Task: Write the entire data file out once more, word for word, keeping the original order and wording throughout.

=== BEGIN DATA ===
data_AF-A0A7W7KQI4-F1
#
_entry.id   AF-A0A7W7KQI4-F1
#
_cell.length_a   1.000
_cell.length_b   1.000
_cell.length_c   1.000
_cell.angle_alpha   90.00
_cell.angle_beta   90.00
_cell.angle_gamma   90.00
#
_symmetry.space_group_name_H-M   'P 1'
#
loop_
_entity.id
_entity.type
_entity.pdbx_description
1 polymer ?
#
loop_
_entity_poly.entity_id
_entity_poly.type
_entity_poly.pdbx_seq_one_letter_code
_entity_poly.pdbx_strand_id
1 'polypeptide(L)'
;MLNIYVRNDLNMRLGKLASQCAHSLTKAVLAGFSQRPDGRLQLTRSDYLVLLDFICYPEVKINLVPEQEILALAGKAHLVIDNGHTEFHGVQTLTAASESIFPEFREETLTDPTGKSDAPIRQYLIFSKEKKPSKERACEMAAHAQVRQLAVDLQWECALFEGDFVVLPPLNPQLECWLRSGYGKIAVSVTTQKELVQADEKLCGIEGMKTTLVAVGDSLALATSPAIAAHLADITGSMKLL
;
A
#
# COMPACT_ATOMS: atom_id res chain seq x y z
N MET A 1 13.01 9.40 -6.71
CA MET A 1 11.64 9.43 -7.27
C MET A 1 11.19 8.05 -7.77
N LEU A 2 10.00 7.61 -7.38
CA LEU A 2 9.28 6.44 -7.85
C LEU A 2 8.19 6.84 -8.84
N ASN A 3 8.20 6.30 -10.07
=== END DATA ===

data_AF-A0A7W7KQI4-F1
#
_entry.id   AF-A0A7W7KQI4-F1
#
_cell.length_a   1.000
_cell.length_b   1.000
_cell.length_c   1.000
_cell.angle_alpha   90.00
_cell.angle_beta   90.00
_cell.angle_gamma   90.00
#
_symmetry.space_group_name_H-M   'P 1'
#
loop_
_entity.id
_entity.type
_entity.pdbx_description
1 polymer ?
#
loop_
_entity_poly.entity_id
_entity_poly.type
_entity_poly.pdbx_seq_one_letter_code
_entity_poly.pdbx_strand_id
1 'polypeptide(L)'
;MLNIYVRNDLNMRLGKLASQCAHSLTKAVLAGFSQRPDGRLQLTRSDYLVLLDFICYPEVKINLVPEQEILALAGKAHLVIDNGHTEFHGVQTLTAASESIFPEFREETLTDPTGKSDAPIRQYLIFSKEKKPSKERACEMAAHAQVRQLAVDLQWECALFEGDFVVLPPLNPQLECWLRSGYGKIAVSVTTQKELVQADEKLCGIEGMKTTLVAVGDSLALATSPAIAAHLADITGSMKLL
;
A
#
# COMPACT_ATOMS: atom_id res chain seq x y z
N MET A 1 13.01 9.40 -6.71
CA MET A 1 11.64 9.43 -7.27
C MET A 1 11.19 8.05 -7.77
N LEU A 2 10.00 7.61 -7.38
CA LEU A 2 9.28 6.44 -7.85
C LEU A 2 8.19 6.84 -8.84
N ASN A 3 8.20 6.30 -10.07